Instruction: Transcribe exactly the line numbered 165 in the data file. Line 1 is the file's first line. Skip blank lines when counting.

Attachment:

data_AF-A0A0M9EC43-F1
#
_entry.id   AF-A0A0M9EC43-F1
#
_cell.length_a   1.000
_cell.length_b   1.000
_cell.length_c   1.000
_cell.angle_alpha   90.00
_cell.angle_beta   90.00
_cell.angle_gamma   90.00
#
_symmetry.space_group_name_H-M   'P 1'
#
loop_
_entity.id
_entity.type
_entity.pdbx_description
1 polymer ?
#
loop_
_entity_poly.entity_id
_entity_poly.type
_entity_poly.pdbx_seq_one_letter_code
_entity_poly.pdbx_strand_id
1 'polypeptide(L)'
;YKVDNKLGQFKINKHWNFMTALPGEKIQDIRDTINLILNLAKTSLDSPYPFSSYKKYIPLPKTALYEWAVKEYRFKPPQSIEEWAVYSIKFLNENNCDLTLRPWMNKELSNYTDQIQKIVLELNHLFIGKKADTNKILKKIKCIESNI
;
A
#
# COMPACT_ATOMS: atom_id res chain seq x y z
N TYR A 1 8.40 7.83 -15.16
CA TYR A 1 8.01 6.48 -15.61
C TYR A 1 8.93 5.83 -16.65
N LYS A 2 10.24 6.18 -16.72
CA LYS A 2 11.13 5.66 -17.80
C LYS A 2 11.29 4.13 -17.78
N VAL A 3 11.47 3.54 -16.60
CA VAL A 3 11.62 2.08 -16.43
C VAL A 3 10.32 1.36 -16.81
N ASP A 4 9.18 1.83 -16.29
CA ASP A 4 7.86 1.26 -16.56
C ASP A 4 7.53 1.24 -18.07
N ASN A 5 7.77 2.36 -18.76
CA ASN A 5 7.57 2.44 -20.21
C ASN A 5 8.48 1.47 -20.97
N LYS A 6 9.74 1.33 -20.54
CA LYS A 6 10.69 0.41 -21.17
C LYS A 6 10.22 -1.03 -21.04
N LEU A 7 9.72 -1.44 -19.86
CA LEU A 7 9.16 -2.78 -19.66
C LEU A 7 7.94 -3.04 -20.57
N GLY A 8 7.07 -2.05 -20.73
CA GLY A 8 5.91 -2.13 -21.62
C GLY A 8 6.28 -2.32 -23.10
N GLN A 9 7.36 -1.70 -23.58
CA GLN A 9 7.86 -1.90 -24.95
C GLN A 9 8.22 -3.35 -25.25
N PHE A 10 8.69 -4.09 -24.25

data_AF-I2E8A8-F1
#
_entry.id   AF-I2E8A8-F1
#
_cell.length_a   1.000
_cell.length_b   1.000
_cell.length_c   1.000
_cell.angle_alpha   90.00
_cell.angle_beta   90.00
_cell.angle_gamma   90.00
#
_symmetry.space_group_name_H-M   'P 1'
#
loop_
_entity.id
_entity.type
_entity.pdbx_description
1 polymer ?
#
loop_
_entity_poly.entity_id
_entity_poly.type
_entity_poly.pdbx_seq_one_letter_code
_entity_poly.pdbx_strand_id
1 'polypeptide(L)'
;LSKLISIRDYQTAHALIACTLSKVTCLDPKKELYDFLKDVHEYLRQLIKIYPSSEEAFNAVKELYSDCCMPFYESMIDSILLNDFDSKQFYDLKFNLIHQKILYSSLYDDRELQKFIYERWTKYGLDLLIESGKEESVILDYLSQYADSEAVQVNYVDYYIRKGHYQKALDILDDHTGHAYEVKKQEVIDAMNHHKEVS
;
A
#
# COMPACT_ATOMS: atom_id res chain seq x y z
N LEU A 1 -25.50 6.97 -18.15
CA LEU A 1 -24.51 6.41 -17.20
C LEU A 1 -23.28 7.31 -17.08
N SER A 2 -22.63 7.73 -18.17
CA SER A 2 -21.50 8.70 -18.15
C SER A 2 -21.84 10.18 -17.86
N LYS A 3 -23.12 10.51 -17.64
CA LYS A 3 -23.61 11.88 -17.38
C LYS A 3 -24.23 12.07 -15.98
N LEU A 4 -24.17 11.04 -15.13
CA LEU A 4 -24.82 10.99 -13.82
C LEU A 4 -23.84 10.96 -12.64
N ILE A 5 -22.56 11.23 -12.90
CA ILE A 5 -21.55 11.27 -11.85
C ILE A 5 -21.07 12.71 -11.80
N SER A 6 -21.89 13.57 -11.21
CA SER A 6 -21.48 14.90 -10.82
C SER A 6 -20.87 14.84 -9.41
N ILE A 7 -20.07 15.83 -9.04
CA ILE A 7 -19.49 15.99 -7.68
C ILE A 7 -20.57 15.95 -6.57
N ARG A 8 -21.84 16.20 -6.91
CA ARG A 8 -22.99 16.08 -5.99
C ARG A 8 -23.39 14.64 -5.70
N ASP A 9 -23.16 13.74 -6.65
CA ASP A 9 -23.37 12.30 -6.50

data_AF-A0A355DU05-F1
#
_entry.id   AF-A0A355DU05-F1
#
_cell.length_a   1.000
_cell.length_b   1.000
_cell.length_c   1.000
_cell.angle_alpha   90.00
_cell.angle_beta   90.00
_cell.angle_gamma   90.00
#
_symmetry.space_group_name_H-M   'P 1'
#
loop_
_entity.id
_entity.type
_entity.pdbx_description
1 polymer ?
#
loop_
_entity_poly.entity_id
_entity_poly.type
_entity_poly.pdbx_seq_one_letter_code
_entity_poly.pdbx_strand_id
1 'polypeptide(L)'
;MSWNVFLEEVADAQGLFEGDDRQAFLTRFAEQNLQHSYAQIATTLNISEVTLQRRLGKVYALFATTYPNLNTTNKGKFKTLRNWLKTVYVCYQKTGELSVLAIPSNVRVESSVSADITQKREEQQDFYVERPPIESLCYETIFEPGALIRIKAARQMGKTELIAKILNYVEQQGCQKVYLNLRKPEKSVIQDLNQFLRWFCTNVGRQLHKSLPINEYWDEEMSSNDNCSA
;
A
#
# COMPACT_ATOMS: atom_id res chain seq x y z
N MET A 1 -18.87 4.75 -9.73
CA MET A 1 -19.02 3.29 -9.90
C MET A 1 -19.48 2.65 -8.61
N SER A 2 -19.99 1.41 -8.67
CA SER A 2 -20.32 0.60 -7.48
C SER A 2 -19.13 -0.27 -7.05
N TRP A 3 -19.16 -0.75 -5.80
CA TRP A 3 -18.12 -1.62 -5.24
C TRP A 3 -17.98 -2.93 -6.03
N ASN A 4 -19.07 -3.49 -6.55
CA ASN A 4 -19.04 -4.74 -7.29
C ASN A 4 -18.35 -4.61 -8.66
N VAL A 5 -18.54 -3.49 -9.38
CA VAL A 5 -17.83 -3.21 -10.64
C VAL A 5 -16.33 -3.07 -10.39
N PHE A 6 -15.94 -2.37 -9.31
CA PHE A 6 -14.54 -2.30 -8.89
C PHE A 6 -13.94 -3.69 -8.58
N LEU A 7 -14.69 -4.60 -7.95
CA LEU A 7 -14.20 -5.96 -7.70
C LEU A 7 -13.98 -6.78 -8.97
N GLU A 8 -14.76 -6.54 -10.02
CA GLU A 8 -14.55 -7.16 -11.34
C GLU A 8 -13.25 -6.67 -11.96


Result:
C LEU A 7 -13.98 -6.78 -8.97